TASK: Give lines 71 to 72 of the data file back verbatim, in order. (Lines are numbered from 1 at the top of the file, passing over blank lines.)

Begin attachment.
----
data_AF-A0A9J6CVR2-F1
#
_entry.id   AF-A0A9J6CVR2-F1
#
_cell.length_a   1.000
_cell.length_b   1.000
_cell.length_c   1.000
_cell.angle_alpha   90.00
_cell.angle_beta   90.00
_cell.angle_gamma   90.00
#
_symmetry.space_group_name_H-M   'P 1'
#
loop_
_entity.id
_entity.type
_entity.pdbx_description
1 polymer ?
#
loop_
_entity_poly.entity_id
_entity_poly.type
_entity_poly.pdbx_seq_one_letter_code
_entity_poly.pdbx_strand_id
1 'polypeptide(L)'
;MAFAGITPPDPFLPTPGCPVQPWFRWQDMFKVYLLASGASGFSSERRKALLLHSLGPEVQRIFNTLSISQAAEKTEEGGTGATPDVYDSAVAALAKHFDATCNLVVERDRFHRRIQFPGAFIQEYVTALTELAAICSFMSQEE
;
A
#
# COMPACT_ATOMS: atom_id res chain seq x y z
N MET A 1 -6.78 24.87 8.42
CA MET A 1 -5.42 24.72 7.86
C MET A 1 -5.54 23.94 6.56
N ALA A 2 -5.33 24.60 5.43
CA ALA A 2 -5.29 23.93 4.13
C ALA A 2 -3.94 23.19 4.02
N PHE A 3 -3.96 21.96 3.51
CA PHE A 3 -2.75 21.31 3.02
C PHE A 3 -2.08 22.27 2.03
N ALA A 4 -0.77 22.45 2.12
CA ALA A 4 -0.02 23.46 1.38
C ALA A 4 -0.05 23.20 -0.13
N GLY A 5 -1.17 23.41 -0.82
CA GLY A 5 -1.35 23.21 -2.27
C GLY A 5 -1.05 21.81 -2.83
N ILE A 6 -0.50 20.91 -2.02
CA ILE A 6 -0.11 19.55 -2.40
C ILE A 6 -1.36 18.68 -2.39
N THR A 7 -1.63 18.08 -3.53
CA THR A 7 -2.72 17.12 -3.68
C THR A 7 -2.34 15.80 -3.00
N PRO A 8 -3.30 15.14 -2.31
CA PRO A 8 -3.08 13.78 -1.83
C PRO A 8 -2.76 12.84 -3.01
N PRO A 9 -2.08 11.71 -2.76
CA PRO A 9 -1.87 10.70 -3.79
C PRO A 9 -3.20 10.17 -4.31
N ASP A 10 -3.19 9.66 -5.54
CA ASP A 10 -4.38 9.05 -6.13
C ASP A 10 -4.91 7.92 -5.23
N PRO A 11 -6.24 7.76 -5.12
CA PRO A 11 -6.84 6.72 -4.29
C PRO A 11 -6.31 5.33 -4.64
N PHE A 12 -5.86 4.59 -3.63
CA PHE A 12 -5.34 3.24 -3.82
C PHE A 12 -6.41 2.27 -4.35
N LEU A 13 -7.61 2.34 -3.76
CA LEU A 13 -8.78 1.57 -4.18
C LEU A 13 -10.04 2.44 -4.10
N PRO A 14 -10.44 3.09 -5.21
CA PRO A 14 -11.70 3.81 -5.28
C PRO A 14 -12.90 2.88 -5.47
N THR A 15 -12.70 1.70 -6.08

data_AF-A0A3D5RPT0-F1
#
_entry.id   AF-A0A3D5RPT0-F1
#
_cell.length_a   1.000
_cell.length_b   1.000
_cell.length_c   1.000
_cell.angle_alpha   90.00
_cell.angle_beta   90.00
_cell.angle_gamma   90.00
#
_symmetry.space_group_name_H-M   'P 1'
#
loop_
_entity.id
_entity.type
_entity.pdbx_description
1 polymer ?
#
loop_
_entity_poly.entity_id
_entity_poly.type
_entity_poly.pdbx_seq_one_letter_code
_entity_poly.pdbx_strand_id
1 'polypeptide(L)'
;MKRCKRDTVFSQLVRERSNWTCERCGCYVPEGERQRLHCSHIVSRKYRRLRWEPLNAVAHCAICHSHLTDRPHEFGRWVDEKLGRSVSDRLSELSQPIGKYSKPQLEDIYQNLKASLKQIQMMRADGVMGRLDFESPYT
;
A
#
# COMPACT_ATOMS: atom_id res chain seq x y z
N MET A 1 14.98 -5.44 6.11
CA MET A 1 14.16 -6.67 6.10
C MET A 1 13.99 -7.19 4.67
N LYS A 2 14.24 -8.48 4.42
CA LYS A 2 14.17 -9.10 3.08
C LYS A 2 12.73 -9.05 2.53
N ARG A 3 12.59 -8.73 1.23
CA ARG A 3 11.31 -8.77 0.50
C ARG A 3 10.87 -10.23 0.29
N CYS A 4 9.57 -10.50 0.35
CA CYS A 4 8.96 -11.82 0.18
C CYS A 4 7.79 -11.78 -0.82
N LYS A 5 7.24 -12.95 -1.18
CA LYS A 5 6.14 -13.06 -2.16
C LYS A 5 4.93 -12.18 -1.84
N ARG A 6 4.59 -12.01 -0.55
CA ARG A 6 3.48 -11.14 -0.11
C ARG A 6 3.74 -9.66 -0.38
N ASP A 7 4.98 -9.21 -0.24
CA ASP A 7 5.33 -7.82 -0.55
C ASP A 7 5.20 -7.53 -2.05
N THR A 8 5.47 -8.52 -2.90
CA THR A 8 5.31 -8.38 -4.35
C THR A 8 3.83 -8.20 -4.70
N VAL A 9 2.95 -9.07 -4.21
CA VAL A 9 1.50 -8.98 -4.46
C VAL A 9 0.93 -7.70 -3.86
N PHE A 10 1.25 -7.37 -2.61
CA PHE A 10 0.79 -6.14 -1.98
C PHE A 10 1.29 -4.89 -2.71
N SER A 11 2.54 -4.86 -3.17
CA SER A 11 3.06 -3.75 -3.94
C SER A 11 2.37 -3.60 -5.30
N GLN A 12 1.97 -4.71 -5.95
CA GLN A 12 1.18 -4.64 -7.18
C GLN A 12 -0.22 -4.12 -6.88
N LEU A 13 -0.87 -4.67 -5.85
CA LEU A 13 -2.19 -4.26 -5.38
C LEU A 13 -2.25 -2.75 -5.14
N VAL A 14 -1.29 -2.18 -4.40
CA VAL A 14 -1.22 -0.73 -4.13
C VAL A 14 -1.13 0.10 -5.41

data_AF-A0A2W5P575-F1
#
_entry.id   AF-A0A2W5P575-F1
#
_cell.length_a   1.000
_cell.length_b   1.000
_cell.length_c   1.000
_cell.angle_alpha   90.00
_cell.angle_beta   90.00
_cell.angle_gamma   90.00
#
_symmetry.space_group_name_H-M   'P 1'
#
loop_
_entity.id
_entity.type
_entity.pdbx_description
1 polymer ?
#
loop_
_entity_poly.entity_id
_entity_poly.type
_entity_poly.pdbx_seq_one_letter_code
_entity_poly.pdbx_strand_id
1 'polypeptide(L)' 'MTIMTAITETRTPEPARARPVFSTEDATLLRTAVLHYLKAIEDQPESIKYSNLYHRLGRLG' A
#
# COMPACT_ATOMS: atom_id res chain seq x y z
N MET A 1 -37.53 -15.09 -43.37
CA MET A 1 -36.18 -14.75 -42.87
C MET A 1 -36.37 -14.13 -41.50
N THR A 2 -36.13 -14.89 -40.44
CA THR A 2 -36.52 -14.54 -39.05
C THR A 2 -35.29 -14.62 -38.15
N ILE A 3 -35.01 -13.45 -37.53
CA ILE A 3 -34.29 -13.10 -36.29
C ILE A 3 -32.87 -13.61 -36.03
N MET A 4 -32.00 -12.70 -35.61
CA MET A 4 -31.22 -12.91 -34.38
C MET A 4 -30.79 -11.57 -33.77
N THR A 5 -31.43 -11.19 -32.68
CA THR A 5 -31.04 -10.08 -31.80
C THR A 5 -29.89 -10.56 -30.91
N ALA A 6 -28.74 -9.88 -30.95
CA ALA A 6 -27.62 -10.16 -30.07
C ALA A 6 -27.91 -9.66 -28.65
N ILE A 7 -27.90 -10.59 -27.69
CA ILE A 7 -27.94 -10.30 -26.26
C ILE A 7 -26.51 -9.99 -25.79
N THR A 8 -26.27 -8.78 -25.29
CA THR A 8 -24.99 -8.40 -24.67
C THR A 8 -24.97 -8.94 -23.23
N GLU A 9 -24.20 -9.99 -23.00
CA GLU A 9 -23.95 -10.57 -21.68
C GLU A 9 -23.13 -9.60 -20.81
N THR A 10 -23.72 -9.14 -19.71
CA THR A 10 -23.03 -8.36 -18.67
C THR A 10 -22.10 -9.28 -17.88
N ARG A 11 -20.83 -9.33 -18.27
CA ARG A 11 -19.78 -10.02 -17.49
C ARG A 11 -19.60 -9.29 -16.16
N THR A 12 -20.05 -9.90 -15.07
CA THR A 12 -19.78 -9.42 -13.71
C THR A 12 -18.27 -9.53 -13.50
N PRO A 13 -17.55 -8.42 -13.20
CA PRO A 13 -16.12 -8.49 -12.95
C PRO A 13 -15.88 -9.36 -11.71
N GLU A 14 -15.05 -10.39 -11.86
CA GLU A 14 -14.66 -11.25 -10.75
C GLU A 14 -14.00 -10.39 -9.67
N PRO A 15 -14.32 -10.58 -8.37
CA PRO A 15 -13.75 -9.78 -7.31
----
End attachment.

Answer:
CA PRO A 14 -11.70 3.81 -5.28
C PRO A 14 -12.90 2.88 -5.47